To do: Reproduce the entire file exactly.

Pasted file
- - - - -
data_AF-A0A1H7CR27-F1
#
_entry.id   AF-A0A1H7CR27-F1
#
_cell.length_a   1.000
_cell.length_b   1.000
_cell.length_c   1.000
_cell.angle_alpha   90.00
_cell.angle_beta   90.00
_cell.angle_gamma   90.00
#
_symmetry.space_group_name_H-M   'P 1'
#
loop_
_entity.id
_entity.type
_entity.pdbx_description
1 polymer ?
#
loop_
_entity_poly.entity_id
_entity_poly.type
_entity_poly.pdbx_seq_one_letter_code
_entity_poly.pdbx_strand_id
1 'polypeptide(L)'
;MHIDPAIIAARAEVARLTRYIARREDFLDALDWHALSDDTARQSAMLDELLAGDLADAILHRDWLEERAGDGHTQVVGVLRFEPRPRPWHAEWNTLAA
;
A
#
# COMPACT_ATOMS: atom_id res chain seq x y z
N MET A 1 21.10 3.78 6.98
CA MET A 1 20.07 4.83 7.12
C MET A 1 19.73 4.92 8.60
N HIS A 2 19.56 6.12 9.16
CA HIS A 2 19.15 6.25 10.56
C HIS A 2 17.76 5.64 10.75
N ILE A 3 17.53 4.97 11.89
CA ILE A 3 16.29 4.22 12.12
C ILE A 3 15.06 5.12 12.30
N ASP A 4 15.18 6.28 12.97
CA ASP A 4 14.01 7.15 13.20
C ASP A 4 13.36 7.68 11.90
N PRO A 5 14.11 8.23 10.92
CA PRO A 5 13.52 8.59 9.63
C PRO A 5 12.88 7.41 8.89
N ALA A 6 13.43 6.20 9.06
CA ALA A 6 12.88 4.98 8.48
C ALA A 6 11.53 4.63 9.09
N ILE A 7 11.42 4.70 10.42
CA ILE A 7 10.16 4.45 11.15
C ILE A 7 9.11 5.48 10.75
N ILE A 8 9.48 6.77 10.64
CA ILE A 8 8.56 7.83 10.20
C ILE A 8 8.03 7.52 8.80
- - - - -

data_AF-A0A1H7CR27-F1
#
_entry.id   AF-A0A1H7CR27-F1
#
_cell.length_a   1.000
_cell.length_b   1.000
_cell.length_c   1.000
_cell.angle_alpha   90.00
_cell.angle_beta   90.00
_cell.angle_gamma   90.00
#
_symmetry.space_group_name_H-M   'P 1'
#
loop_
_entity.id
_entity.type
_entity.pdbx_description
1 polymer ?
#
loop_
_entity_poly.entity_id
_entity_poly.type
_entity_poly.pdbx_seq_one_letter_code
_entity_poly.pdbx_strand_id
1 'polypeptide(L)'
;MHIDPAIIAARAEVARLTRYIARREDFLDALDWHALSDDTARQSAMLDELLAGDLADAILHRDWLEERAGDGHTQVVGVLRFEPRPRPWHAEWNTLAA
;
A
#
# COMPACT_ATOMS: atom_id res chain seq x y z
N MET A 1 21.10 3.78 6.98
CA MET A 1 20.07 4.83 7.12
C MET A 1 19.73 4.92 8.60
N HIS A 2 19.56 6.12 9.16
CA HIS A 2 19.15 6.25 10.56
C HIS A 2 17.76 5.64 10.75
N ILE A 3 17.53 4.97 11.89
CA ILE A 3 16.29 4.22 12.12
C ILE A 3 15.06 5.12 12.30
N ASP A 4 15.18 6.28 12.97
CA ASP A 4 14.01 7.15 13.20
C ASP A 4 13.36 7.68 11.90
N PRO A 5 14.11 8.23 10.92
CA PRO A 5 13.52 8.59 9.63
C PRO A 5 12.88 7.41 8.89
N ALA A 6 13.43 6.20 9.06
CA ALA A 6 12.88 4.98 8.48
C ALA A 6 11.53 4.63 9.09
N ILE A 7 11.42 4.70 10.42
CA ILE A 7 10.16 4.45 11.15
C ILE A 7 9.11 5.48 10.75
N ILE A 8 9.48 6.77 10.64
CA ILE A 8 8.56 7.83 10.20
C ILE A 8 8.03 7.52 8.80